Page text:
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Censorship on college campuses is wrong, even if it’s conservatives doing the censoring AP Photo/Ryan VanVelzer
Rep. Bob Thorpe, R-Flagstaff, speaks about the need for increased security measures after reporters were denied access to the floor pending criminal and civil background checks, in Phoenix on Thursday, April 7, 2016. (AP Photo/Ryan VanVelzer)

In order to maintain our moral high ground over terrorists, we banned the use of torture. But risk of redundancy hasn’t stopped two Arizona state legislators from taking a page out of the SJW handbook by introducing a bill that would strip state aid from schools with classes that teach progressive attitudes on race, class, and gender.

HB2120 bans all school districts, charter schools, and public colleges from allowing any courses, classes, events, and activities that “promote the overthrow of the United States government,” “[p]romote DIVISION, resentment OR SOCIAL JUSTICE toward a race, GENDER, RELIGION, POLITICAL AFFILIATION, SOCIAL CLASS or OTHER class of people,” “[a]dvocate solidarity OR ISOLATION BASED ON RACE,” or “NEGATIVELY TARGET SPECIFIC NATIONALITIES OR COUNTRIES.”

This bill—which Republican sponsor Bob Thorpe admits is in need of revision—would presumably ban privilege walks, race theory classes, anti-Israel demonstrations, Black Lives Matter protests and a whole host of other events and courses.

I say “presumably” because I’m honestly not sure how this bill will be enforced since its text does not even bother defining the term “social justice.”

RELATED: Why are we responding to insane PC culture with equally insane infantilism?

Is it “social justice” to demand reforms to a criminal justice system that overwhelmingly targets minorities? Does reading Marx or Žižek qualify as promoting “resentment” toward a social class? Does Toni Morrison’s “Beloved” vilify white people and promote racial isolation? Would a fundraiser for North Korean refugees “negatively target” North Korea?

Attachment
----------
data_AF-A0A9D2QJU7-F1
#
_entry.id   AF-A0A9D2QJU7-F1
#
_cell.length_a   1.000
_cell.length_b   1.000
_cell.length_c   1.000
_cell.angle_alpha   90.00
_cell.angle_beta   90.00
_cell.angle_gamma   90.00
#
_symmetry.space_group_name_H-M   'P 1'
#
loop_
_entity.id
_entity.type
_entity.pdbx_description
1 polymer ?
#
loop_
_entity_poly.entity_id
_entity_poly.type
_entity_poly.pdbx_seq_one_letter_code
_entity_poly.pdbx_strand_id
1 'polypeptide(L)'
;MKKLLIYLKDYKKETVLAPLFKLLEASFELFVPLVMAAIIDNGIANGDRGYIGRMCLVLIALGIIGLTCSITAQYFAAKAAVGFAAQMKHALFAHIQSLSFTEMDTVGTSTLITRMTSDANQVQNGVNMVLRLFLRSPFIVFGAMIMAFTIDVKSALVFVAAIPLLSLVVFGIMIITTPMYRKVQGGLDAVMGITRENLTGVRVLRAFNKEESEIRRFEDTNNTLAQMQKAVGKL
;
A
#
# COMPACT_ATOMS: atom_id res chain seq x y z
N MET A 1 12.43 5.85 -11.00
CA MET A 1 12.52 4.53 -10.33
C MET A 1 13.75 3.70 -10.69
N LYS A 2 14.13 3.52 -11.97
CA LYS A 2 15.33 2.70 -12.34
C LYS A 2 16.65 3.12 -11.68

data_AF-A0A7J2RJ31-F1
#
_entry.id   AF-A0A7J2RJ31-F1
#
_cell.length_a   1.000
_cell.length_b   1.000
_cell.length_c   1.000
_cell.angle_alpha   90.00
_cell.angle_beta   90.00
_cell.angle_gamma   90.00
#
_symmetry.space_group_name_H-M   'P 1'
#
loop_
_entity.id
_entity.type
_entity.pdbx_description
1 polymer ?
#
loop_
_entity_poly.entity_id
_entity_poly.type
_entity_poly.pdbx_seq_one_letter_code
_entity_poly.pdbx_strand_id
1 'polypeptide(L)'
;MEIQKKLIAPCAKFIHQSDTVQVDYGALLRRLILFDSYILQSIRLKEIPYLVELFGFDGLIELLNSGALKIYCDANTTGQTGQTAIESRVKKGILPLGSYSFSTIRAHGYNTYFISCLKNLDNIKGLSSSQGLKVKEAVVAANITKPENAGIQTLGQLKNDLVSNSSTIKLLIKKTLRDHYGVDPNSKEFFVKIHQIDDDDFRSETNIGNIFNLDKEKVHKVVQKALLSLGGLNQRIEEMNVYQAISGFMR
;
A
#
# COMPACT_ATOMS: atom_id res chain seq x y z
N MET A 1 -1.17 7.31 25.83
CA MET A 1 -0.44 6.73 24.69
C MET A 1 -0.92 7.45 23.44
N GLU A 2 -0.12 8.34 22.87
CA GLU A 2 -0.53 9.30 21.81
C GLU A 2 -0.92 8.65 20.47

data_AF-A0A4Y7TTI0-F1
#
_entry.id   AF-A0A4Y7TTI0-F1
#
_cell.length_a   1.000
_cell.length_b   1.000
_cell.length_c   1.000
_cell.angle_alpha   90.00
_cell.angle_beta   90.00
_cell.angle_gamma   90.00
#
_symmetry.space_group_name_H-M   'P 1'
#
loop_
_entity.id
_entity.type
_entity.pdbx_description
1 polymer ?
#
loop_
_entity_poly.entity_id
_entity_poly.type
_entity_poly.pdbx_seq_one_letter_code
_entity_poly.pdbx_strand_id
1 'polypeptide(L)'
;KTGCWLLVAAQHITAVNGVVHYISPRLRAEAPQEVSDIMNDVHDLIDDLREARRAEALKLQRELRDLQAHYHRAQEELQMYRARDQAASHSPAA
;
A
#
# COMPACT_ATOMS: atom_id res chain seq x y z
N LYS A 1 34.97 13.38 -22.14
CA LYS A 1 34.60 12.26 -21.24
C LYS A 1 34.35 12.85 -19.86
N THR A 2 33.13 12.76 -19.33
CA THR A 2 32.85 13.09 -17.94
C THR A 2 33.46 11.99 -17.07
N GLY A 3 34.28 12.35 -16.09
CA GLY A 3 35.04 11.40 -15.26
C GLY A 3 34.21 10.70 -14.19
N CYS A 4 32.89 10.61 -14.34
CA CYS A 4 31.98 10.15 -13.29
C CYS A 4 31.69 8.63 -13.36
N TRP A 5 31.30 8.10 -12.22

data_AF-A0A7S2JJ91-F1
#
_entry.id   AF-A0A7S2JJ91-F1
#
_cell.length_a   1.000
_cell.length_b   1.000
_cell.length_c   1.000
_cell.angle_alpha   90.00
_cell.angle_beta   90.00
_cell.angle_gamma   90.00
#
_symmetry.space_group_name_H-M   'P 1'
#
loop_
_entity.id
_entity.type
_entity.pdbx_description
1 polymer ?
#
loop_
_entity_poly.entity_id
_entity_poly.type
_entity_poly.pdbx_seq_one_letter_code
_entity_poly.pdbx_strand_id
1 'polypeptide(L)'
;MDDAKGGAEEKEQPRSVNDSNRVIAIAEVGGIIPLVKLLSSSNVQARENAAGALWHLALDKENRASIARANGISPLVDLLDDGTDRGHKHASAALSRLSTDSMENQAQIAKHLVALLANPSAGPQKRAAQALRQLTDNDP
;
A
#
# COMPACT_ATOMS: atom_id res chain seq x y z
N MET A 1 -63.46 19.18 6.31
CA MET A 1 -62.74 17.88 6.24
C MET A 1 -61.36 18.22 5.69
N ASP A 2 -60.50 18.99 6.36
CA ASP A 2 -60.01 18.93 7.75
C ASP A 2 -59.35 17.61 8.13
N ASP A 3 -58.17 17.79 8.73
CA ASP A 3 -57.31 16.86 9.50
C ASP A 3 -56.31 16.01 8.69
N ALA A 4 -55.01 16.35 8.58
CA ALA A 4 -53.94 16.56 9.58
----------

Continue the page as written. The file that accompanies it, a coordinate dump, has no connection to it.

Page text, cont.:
And who would be in charge of deciding which syllabi and events meet these criteria?

This bill would be the kind that grows into a monster, full of loopholes and exceptions, with its masters wielding it viciously against their enemies until the day that it finally turns and devours the arm that holds its leash.

This is the same censorship that sends Breitbart readers into frenzies when a liberal university cancels a talk by Milo Yiannopoulos.

RELATED: Yale professor coddles students triggered by Trump victory—or is he?

HB2120 is nothing more than Trump-fueled reactionary triumphalism, driven by the patronizing pipe dream of unity, which claims that, with the election over, everyone in the country needs to “come together” and “get on board.”

No one needs to get on board with anything. This is America, and we have a beautiful tradition here of fighting each other tooth and nail. Our money says “Out of many, one,” but the emergence of the “one” doesn’t obliterate the “many” from which it rises.

Silencing voices of dissent in the name of American unity will only lead to greater division.

Grayson Quay About the author:
Grayson Quay is a freelance writer whose work has been published by Watchdog.org, Townhall, the Washington Times, and the National Interest. He is a graduate of Grove City College, a former high school teacher, and a current M.A. student at Georgetown University. His interests center on political discourse, including issues of free speech, identity politics, pop culture, and online political discussion. He enjoys writing poetry, listening to NPR, and mixing up an icy cocktail of red wine and Sprite on a hot summer day. Follow him on Twitter @hemingquay
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